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"Inescapable" Coherence and the Failure of the Novel-Symphony in the Finale of Mahler's Sixth

"Inescapable" Coherence and the Failure of the Novel-Symphony in the Finale of Mahler's Sixth Critics have long viewed Mahler's Sixth Symphony in A Minor (1904) as the composer's consummate essay in musical tragedy or negativity, one with deeply personal implications. Its enormous finale draws together materials from all the preceding movements and enacts a terrible conflict ending in failure. Yet few studies have looked beneath the work's bombastic rhetorical-expressive surface to explore how its negativity might be reflected in its tonal, formal, and thematic processes. This study sets out to link that negative expressivity to a breakdown of what Adorno called the "novelistic" character of Mahler's symphonies. For Adorno, Mahler pioneered a new, emancipatory symphonic idiom, one that liberated its musical materials from the dictates of preconceived formal totalities. Unlike the Classical symphony, where the parts exist for the sake of a symmetrical, tightly knit whole, the "novel-symphony" follows no predetermined path. Instead, it unfolds according to the dictates of its constituent elements, realizing its unique form from the "bottom up" rather than the "top down." Yet (as Adorno suggests) in the finale of the Sixth this integrating totality returns with a vengeance. We can read the movement as a clash between Adorno's novelistic and Classical paradigms, a showdown between the impulsive freedom of certain recalcitrant thematic elements on the one hand, and the increasingly punitive demands of rigid minor-mode sonata on the other. This drama--one that caricaturizes "classicism" itself as a repressive or stifling force--plays out on both formal and thematic levels. Several writers have noted the claustrophobic effect created by Mahler's incessant recycling of certain key motives, an "inescapable" coherence in which the organicist imperatives of the grand tradition themselves become corrupt and, ultimately, corrosive. As these generic, subthematic particles proliferate, the movement's "novelistic" themes--those seeking to subvert the strict sonata--are systematically denuded of the differentiating features and dissolved beyond recognition. In the end, the movement's infamously brutal minor-mode conclusion reveals itself to be the culmination of a musical plot spanning the entire movement, one that gathers its many details into an inexorably tragic narrative whole. http://www.deepdyve.com/assets/images/DeepDyve-Logo-lg.png 19th-Century Music University of California Press

"Inescapable" Coherence and the Failure of the Novel-Symphony in the Finale of Mahler's Sixth

19th-Century Music , Volume 31 (1) – Jul 1, 2007

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Publisher
University of California Press
Copyright
Copyright © by the University of California Press
ISSN
0148-2076
eISSN
1533-8606
DOI
10.1525/ncm.2007.31.1.053
Publisher site
See Article on Publisher Site

Abstract

Critics have long viewed Mahler's Sixth Symphony in A Minor (1904) as the composer's consummate essay in musical tragedy or negativity, one with deeply personal implications. Its enormous finale draws together materials from all the preceding movements and enacts a terrible conflict ending in failure. Yet few studies have looked beneath the work's bombastic rhetorical-expressive surface to explore how its negativity might be reflected in its tonal, formal, and thematic processes. This study sets out to link that negative expressivity to a breakdown of what Adorno called the "novelistic" character of Mahler's symphonies. For Adorno, Mahler pioneered a new, emancipatory symphonic idiom, one that liberated its musical materials from the dictates of preconceived formal totalities. Unlike the Classical symphony, where the parts exist for the sake of a symmetrical, tightly knit whole, the "novel-symphony" follows no predetermined path. Instead, it unfolds according to the dictates of its constituent elements, realizing its unique form from the "bottom up" rather than the "top down." Yet (as Adorno suggests) in the finale of the Sixth this integrating totality returns with a vengeance. We can read the movement as a clash between Adorno's novelistic and Classical paradigms, a showdown between the impulsive freedom of certain recalcitrant thematic elements on the one hand, and the increasingly punitive demands of rigid minor-mode sonata on the other. This drama--one that caricaturizes "classicism" itself as a repressive or stifling force--plays out on both formal and thematic levels. Several writers have noted the claustrophobic effect created by Mahler's incessant recycling of certain key motives, an "inescapable" coherence in which the organicist imperatives of the grand tradition themselves become corrupt and, ultimately, corrosive. As these generic, subthematic particles proliferate, the movement's "novelistic" themes--those seeking to subvert the strict sonata--are systematically denuded of the differentiating features and dissolved beyond recognition. In the end, the movement's infamously brutal minor-mode conclusion reveals itself to be the culmination of a musical plot spanning the entire movement, one that gathers its many details into an inexorably tragic narrative whole.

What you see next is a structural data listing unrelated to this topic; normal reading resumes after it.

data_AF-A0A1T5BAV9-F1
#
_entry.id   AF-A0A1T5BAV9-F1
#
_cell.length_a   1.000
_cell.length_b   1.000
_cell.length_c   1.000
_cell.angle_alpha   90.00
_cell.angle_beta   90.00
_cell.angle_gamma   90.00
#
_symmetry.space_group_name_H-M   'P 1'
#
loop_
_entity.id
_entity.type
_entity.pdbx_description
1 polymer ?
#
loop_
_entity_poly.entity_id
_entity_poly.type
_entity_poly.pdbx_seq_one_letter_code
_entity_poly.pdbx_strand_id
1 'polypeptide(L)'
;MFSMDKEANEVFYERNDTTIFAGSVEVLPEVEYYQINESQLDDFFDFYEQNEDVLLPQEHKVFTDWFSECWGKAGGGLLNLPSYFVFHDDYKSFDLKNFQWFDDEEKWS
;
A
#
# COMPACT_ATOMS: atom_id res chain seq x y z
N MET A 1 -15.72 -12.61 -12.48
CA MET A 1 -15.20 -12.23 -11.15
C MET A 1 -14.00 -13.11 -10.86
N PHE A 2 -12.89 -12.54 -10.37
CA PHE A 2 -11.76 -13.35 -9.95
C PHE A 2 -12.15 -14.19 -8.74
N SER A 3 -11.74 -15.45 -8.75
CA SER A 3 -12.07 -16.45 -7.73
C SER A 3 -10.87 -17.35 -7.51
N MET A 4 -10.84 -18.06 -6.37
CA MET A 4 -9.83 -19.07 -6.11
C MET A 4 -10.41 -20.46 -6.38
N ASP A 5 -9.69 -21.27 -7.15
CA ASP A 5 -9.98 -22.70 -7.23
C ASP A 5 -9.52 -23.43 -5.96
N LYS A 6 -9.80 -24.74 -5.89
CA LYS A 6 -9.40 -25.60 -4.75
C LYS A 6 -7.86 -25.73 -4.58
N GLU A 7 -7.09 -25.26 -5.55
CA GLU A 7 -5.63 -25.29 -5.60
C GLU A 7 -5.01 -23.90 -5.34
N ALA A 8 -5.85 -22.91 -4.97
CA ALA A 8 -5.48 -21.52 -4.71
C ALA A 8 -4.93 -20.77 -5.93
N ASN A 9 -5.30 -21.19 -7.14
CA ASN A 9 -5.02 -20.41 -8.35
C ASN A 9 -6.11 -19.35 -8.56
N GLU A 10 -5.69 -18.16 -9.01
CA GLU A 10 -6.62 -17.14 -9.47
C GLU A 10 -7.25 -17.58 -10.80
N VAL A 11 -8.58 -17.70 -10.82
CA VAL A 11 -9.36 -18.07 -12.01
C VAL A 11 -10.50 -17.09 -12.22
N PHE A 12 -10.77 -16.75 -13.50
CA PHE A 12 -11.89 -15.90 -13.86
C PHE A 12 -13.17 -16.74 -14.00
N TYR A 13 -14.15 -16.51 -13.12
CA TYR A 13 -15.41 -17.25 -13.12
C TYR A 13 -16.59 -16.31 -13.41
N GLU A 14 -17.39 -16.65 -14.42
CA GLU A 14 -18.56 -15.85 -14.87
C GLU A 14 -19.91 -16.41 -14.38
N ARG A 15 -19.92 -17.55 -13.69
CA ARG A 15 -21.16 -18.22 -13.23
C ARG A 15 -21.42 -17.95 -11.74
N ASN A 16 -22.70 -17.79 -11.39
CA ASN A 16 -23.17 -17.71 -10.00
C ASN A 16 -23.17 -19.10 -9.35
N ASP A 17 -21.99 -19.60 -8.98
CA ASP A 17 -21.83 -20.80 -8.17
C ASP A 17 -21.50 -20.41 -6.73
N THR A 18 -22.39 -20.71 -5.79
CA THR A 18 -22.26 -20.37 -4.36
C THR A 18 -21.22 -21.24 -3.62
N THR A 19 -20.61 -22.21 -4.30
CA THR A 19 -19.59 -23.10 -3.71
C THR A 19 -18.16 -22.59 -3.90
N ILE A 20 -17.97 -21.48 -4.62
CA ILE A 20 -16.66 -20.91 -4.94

Journal

19th-Century MusicUniversity of California Press

Published: Jul 1, 2007

Keywords: Mahler's Sixth Symphony Adorno novelsymphony sonata theory musical plot

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